By Kurt Baumgartner
In April, the .co.cc and .cz.cc sub-domains were absolutely littered with malware distributing web sites, and the unusually telling DNS registration setup on .co.cc and .cz.cc had forecast the previously upcoming Apple FakeAv. That DNS setup later led to FakeAv downloads for the Mac as forecast. But FakeAv distribution has been steadily declining since the beginning of the year, and a few related major events have occurred over the past six months. Blackhole operators have migrated to .info domains, along with other related malicious site operators. Have they pushed .info to become the new .cc?
So, what has this dispersion looked like? Well, let’s look back to the beginning of the year. .co.cc and .cz.cc domain registrars offered free dns registration and cheap or free hosting. Malware distributors abused these cheap resources and staged the Blackhole exploit pack using these URL names, serving up FakeAv and other nastiness. Java exploits became the most effective and most popular in the Blackhole set, followed by exploits targeting vulnerable Adobe Reader and Microsoft HCP software. Traffic was directed to these kits by Google Image Search Poisoning, by compromising legitimate sites and redirecting browsers to the kit sites with injected iframe and img src tags, and by successful malvertizing campaigns on major webmail providers. But, what goes up must come down.
These campaigns couldn’t last. Google figured out that their image and other search services were badly poisoned by the malware distributors hosting their attacks from .cc subdomains, and de-indexed .co.cc and .cz.cc altogether in July. An alleged FakeAv king and Chronopay founder was arrested in August and allegedly associated operations disrupted. And Microsoft took the owner/operator of the .cc domains to court after our Kaspersky researchers took control of the Hlux botnet that partly was being controlled from the .cc space. All of these things sent the rats running from the sinking ship. But these rats need a place to go and the place they are headed looks to be .info. While tens of thousands of Trojan.JS.Darduk hits that were heavily trending in the US and RU (Darduk detects the main page of some specific, recent versions of the Blackhole exploit pack), almost half of the Darduk pages are being served from .info domains. The heavy trending began on the 28th and continues…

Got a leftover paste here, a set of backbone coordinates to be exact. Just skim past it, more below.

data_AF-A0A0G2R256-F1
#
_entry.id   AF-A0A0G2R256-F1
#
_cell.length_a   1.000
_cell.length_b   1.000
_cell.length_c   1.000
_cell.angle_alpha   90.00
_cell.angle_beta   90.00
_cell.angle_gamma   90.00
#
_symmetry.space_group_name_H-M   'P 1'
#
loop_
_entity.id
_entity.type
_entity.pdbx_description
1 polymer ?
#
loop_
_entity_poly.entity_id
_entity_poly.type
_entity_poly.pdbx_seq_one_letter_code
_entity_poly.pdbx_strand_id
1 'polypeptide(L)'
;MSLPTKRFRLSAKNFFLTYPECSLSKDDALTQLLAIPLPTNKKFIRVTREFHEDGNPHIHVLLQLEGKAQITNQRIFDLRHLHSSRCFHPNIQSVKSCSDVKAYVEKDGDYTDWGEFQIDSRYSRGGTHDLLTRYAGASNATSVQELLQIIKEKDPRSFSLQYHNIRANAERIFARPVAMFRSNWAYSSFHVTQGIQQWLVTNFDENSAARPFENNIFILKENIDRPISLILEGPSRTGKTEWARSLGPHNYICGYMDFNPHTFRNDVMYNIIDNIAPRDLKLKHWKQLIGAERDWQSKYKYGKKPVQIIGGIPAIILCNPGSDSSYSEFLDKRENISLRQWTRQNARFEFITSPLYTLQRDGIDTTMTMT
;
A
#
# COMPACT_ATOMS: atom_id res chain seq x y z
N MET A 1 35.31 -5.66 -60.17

The hundreds of thousands of browsers producing malicious url hits coming from .info aren’t just redirected there from bizarre porn sites, which can be more common. This time, the list includes more legitimate sites.
There are things that can be done – if you are a system admin, do you really need to let your users browse .info sites? If you are stuck with an old version of Java, Adobe, or your users are all running Flash in their browsers, do they need to access content on .info domains?
The .cc domains were a cheap (often free), automated, easy place to set up shop for exploit pack operators serving up Blackhole exploit web pages, FakeAv, ZeroAccess trojans and Zbot spyware, just to name a few. Coincidentally, the operators were unresponsive in proportion to the sizeable volume of users being impacted by the sites, and the Hlux botnet partly was being controlled from those domains. At some point, they gathered too much attention. It is notable that there are only a dozen Darduk hits or so in the past 48 hours from .cu.cc and .co.cc domains, and most hits coming from subdomains of dyndns.info. Darduk hits are coming in from .name, .org, and others, but the steeper trends are popping up from .info. And .ms sites are serving up plenty of malicious nastiness, just not necessarily Blackhole exploit sites. Of course, we are monitoring these migrations of concentrated malicious web activity, and only time will tell if .info can be kept clean and other gTLDs will be more abused.
*Kurt Baumgartner is a Senior Security Researcher for the Global Research and Analysis Team at Kaspersky Lab.